On the eve of Nelson Mandela’s funeral, a white Afrikaner settlement in the Northern Cape region wants no part of black South Africa
By Neil Tweedie 8:14PM GMT 13 Dec 2013
On a hill above the small settlement of Orania in the Northern Cape region of South Africa five men look out across the vast semi-desert of the Karoo. They are Paul Kruger, JBM Herzog, DF Malan, JG Strydom and Hendrik Verwoerd. Five leaders of South Africa spanning the first two-thirds of the 20th century, cast in bronze.
The busts are monuments to another age, when Afrikaners enjoyed their power and black people were taught to know their place. Kruger, president of the Transvaal, was brought low by the British at the end of the Second Boer War, dying in exile in the Netherlands, but the Afrikaners rose again, producing the four prime ministers who keep the old man company on this lonely outcrop.
It is an incongruous setting. The sculptures once graced government buildings and public spaces but they were not wanted in the new South Africa, fashioned in major part by Nelson Mandela, whose legacy was celebrated this week. Locked away in storerooms, shunned as reminders of white domination, they languished until rescued by the people of Orania, who hold these men heroes still.
They have another hero, “Little Giant”, a boy rolling up his sleeves and about to get to work, the town’s motif and a symbol of self-reliance. His statue stares westward together with the others, towards a promised land.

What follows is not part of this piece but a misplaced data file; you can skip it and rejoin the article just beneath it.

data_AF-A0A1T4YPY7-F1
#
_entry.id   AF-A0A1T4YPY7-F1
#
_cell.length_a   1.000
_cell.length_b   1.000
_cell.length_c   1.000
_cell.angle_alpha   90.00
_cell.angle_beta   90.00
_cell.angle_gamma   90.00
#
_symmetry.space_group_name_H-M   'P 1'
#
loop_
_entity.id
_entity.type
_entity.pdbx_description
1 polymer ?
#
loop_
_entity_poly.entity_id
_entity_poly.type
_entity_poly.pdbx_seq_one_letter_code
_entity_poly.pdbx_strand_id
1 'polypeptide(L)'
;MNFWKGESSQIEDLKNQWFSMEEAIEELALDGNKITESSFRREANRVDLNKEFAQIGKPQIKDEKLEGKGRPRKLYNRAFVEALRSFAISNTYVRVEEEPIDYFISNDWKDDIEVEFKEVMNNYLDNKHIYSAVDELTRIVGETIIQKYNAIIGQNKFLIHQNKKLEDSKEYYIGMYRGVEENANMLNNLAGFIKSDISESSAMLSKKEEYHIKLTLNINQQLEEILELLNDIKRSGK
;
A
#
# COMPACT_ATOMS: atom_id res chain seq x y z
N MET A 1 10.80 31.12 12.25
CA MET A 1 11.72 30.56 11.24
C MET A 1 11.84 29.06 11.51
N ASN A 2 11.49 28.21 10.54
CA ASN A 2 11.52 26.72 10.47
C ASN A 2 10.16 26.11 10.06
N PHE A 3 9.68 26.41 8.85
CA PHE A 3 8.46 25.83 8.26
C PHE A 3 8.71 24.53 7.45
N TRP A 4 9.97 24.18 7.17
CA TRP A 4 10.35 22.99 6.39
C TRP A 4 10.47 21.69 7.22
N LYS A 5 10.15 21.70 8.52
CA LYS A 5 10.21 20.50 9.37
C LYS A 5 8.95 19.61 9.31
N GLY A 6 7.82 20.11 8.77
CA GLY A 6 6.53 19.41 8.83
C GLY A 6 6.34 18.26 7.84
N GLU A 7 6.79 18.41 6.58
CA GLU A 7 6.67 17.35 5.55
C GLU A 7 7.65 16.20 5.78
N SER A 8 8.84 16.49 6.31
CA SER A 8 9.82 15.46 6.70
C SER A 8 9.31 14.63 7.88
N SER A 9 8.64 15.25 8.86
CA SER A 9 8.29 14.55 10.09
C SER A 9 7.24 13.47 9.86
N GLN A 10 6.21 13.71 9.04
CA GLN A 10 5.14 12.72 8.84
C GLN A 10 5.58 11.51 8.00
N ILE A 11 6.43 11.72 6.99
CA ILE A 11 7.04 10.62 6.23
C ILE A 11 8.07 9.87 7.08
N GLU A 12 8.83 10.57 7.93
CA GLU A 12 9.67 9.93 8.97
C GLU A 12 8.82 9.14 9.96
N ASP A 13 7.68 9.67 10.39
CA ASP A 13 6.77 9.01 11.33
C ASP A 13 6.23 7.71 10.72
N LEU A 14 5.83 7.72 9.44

This town of some 1,000 people, manicured and irrigated by canals channelling water from the nearby Orange River, is like a time capsule. The fall of apartheid never happened here.
Walk into a shop or restaurant in Orania or stroll along its quiet lanes, and you will be greeted only by white faces. There are a few black and brown faces but they belong to people making deliveries. That is how the people here – almost 100 per cent Afrikaner – like it. To own or rent a home in the town you must be accepted by the community, which runs it as a company and has the power to deny entry to those who do not share its love of the Afrikaner language and ”culture’’. A lot of black South Africans speak Afrikaans but that is not the ”point’’.
“There is a difference between an Afrikaans speaker and an Afrikaner,” says Jaco Kleynhans, Orania’s public relations man. “We are not talking about race here – we want to associate with certain cultural traditions.”
Those ”cultural traditions’’ include celebrating people like Kruger and great days in the Afrikaner calendar, like December 16. On Monday, the day after Mandela’s funeral in his home village of Qunu, Afrikaners will celebrate what is now known as the Day of Reconciliation. Before black majority rule it was known by another name, Day of the Vow, and commemorated the Battle of Blood River, the victory in 1838 of 470 Afrikaners – Voortrekker colonists – over an army of up to 15,000 Zulu warriors.
“The 16th of December is very important to us, one of our most important festivals, when people wear traditional clothing,” says Kleynhans. Not an occasion for celebration if you are a Zulu, or indeed a black person of any tribe. For culture, read skin colour. It’s just that, this being post-apartheid South Africa, Oranians can’t quite put it that way.